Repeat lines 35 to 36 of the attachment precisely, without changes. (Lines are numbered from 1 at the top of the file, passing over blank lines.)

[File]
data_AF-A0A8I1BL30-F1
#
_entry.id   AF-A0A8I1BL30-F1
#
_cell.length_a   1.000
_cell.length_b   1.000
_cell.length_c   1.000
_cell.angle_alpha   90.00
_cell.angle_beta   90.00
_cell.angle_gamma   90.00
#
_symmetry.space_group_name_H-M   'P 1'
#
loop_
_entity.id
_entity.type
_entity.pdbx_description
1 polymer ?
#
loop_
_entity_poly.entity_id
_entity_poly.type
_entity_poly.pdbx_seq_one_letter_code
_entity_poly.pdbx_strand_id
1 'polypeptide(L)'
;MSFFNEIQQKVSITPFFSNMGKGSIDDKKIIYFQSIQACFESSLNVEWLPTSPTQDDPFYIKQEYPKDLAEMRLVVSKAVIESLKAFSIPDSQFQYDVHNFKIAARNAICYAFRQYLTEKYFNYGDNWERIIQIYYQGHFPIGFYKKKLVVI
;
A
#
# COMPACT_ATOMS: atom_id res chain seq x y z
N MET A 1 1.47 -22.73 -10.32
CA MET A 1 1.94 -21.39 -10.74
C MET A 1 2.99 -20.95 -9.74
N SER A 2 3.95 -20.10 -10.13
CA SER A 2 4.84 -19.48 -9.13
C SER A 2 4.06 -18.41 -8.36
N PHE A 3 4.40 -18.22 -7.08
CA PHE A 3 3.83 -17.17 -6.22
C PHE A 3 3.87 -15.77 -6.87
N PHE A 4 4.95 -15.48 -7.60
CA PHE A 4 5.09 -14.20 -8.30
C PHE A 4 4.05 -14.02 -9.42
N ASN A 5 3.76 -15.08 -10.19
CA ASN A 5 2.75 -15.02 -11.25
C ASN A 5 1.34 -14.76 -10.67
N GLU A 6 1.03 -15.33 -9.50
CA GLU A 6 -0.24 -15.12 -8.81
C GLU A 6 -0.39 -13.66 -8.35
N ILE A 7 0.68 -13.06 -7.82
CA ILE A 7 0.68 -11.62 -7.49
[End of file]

CA SER A 2 4.84 -19.48 -9.13
C SER A 2 4.06 -18.41 -8.36